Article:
Thank you so much, students, who have already signed up for Remind and other digital class notifications. Today would’ve been the first day of school, but the powers that be wisely moved it to the side so that the real show – Total Solar Eclipse! – can take center stage. I’m looking forward to seeing all of you tomorrow, and many of you on today’s Eclipse field trip, to start the academic year!
Space.com has the broadest collection, in my opinion:
If you won’t be on our trip, please make an effort on your own to see what Mabel Loomis Todd observed as: “A vast, palpable presence overwhelming the world. The blue sky changes to gray or dull purple, speedily becoming more dusky, and a death-like trance seizes upon everything earthly.”
Grab those special, approved viewers’ glasses and maybe read up on some of the political and cultural impacts of this eclipse in a particularly dramatic moment in American history at The Atlantic.
You should make every effort to live in this once-in-a-lifetime opportunity, what Emily Dickinson, who saw the eclipse in 1875, immortalized in the lines:
It sounded as if the streets were running —
And then — the streets stood still —
Eclipse was all we could see at the Window
And Awe — was all we could feel.
By and by — the boldest stole out of his Covert
To see if Time was there —
Nature was in her Opal Apron —
Mixing fresher Air.
Odyssey season is upon us! Unless you too want to wander around the rocky islands of 9th Grade trying to get home, you would do well to heed our Olympian decree to keep up with the readings and get that final project done.
For the (24!) books of the epic, you have plenty of resources in getting the gist of the plot so you can focus more on our essential questions and archetypes. So, as the grey-eyed one provided Odysseus the tools he needed to be successful, this post is Part I of our mission to get you out of here in one, sophomoric, piece.
Besides the class books and graphic novels/comics, check out these links to get your Mentor on!
Traditional guides: the safety net of Sparknotesand the too-cool-for-school ethos of Shmoop(which has some funny infographics peppered throughout, and way too many popups…)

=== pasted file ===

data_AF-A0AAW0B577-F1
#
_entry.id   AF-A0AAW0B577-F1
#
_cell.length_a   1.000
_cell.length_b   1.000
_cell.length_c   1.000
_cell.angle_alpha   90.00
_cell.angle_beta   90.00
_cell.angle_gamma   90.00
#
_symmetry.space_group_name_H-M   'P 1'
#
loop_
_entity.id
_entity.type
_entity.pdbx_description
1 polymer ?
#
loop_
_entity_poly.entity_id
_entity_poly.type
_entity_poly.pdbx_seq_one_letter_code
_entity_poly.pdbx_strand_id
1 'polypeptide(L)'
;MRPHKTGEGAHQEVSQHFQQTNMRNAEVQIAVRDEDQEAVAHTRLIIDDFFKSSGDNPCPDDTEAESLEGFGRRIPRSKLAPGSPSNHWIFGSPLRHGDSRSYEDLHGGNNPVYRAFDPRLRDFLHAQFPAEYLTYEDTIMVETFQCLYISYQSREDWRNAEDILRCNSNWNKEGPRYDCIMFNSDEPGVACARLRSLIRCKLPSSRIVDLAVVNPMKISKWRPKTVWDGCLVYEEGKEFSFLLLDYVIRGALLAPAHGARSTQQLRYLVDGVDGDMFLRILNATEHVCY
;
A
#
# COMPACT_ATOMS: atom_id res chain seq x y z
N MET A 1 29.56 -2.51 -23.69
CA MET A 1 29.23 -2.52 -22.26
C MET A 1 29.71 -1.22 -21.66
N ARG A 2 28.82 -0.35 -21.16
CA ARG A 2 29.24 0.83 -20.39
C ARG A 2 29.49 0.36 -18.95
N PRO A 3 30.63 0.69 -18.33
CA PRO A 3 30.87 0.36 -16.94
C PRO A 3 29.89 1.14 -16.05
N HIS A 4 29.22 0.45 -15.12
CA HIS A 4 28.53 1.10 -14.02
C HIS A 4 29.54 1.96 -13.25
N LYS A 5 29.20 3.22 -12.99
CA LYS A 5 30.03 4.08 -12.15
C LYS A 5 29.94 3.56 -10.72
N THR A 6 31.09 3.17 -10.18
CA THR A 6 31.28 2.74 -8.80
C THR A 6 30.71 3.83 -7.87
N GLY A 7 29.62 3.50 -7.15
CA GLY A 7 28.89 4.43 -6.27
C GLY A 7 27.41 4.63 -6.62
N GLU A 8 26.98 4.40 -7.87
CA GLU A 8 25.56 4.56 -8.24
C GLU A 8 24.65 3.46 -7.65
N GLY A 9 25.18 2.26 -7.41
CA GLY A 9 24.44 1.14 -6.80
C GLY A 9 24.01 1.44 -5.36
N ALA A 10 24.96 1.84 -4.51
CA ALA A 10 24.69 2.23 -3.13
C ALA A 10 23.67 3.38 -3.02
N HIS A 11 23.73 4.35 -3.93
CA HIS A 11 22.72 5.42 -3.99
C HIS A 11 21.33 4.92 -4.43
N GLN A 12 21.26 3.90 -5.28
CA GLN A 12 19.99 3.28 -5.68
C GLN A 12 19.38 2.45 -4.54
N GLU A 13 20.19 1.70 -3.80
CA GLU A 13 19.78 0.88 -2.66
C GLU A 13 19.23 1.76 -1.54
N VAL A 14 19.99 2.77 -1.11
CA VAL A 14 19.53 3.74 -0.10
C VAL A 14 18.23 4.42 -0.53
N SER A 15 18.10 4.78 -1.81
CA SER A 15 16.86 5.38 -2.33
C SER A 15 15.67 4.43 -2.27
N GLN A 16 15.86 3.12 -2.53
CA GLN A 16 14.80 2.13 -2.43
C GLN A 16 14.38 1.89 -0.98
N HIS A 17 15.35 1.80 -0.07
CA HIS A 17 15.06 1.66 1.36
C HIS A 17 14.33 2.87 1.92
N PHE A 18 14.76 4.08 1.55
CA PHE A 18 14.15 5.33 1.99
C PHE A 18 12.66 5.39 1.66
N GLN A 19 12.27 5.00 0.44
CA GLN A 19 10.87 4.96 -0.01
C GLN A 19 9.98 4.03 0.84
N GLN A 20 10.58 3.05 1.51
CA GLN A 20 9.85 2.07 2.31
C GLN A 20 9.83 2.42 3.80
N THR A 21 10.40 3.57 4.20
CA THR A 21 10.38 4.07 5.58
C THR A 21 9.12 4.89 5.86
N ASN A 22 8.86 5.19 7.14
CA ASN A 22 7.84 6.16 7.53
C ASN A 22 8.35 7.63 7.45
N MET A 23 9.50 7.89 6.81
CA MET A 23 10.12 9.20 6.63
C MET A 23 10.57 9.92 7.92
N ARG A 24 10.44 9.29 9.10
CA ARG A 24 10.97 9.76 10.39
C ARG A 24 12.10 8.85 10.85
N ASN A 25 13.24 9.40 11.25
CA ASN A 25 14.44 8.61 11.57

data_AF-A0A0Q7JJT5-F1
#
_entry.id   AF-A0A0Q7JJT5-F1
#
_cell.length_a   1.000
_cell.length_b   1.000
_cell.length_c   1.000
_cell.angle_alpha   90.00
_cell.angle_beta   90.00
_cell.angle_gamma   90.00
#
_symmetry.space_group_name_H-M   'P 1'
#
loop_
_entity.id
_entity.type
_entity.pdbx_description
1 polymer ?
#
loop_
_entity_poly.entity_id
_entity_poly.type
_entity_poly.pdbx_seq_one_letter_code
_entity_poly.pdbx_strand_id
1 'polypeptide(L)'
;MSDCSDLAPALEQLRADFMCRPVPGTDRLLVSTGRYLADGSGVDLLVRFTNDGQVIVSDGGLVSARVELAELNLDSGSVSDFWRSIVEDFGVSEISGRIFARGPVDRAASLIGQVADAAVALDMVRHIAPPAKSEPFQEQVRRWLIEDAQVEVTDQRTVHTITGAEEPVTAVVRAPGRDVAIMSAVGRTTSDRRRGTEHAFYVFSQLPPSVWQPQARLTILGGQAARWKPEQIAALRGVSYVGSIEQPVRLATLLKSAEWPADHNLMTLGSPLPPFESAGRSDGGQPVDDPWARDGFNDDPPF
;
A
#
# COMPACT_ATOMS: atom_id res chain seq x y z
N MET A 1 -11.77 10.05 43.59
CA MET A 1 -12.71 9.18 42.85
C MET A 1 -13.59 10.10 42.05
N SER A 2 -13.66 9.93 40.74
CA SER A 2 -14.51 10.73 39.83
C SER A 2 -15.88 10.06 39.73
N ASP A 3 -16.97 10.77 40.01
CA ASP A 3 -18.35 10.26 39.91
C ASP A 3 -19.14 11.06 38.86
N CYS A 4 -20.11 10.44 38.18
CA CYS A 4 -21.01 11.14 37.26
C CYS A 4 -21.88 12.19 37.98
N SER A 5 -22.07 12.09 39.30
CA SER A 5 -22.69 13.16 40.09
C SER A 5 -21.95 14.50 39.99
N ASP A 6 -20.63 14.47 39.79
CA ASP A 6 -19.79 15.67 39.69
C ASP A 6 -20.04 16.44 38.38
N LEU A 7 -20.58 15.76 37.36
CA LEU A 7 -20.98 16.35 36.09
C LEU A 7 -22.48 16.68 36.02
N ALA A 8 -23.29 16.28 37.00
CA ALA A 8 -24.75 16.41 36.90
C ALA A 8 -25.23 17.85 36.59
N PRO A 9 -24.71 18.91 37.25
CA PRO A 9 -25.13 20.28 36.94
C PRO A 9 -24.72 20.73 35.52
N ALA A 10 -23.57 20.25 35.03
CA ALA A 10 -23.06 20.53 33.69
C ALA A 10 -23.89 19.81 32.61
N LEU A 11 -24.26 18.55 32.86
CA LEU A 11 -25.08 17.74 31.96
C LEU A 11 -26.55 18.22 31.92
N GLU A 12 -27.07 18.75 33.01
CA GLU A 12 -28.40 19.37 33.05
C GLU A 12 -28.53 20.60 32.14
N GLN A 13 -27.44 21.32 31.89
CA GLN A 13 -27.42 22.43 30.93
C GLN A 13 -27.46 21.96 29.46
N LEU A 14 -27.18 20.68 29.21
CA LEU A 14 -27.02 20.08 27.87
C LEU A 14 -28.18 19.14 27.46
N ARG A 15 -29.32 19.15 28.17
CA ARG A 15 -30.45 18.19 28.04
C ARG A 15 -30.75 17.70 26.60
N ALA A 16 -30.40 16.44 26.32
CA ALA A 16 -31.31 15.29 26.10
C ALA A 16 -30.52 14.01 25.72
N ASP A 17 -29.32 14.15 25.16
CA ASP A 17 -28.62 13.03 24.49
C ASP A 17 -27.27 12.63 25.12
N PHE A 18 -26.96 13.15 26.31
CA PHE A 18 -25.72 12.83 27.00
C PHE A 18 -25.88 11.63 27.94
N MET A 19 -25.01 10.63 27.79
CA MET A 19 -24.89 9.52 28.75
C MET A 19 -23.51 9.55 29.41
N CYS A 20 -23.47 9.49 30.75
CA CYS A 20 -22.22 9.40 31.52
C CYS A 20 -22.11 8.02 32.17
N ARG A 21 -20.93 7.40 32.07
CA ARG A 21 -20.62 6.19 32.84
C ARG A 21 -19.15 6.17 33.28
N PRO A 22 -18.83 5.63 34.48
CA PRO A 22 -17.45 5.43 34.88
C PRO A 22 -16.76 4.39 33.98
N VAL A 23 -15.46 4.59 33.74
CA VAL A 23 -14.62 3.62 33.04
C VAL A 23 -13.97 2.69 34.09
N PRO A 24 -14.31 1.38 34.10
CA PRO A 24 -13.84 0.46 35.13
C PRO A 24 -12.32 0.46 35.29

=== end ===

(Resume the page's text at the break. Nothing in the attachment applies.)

Full-text versions of the epic: including Ian Johnston’s recent translationout of Vancouver Island University, and two prose translations, old(A.T. Murray) and older (Samuel Butler).
And some really interesting new-media options: including some open/ed. designs from our community of Padlet(this one’s Verity Webster’s) and a fascinating, and highly distracting, clickable offeringfrom Emery University’s Carlos Museum. Clicking on the Greecetab will take you to the interactive site (Flash required).
Of course, we have the in-class options, but the Odyssey is one of the biggest stories ever told! You should journey onto the kool-aid seas of the internet to get the best version for you.
The annual Shakespeare commemoration (although, really, here’s it’s pretty much every day) is marked in this edition with a beautiful, sad song and a funny graphic adaptation of class favorite Romeo and Juliet.
From last year’s Shakespeare Live! from the Royal Shakespeare Company (aired on BBC), here is Gregory Porter singing “When that I was and a little tiny boy (With hey, ho, the wind and the rain)” from Twelfth Night, Act 5, Scene 1.
The following links are for the 1st and 4th Hour British Literature classes, but anyone should feel free to follow them to education (or emptiness). It may be said that no retelling can ever truly capture the horrors and mindset of warfare. But artists and authors have to try – sometimes only poetry or paint can communicate the senses and worst fears made real.
The British Library, again, gives us great multimedia and perspectives on our class content. The first link, on propaganda, should be used to answer prompt 13. The second link is extra reading, if you are looking for more perspective on the poems for your posters.
Freshmen! Welcome to theater. We begin this week in, er, the Beginning! The Ancient Greeks are credited with the invention of modern theater, and you are learning all about ’em this week through the City Dionysia packet. To complete the prompts, visit the most excellent resource of ARTSEDGE, the Education in Arts wing of the Kennedy Center.
Visit the site, which opens up in your first section: Prologue.
May this be your month! To keep the classroom humming productively for the next four long weeks, this month’s playlist is a nice mix of thumpin’ seasonal picks, an Odyssey-themed setlist, and a summer concert series that I’m personally looking forward to. What will you do this month to make summer worth the wait?
Tom Petty & The Heartbreakers – The Waiting
Rihanna feat. Jay-Z – Umbrella
OMC – How Bizarre
Tori Kelly – Nobody Love
Summer Camp – Down
Bruce Springsteen & The E Street Band – Darlington County
The Kingsmen – Louie Louie
Nashville Cast – The Book
Dawes – From a Window Seat
Shiny Toy Guns – Earth Below Us
Christodoulos Halaris – Hymn to the Muse (Trad.)
David Bowie – Heroes
The Lively Ones – Surf Rider
AWOLNATION – Sail
Mumford & Sons – The Cave
The Alarm – The Stand
The Pretty Reckless – Heaven Knows
The Strumbellas – Spirits
Leon Bridges – Smooth Sailin’
Chet Faker – Gold
Adele – Water Under the Bridge
Alison Krauss & Gillian Welch (O Brother, Where Art Thou? Soundtrack) – I’ll Fly Away
Tom Waits – Long Way Home
M83 – Midnight City
The Avett Brothers – Live and Die
Nahko and the Medicine for the People – San Quentin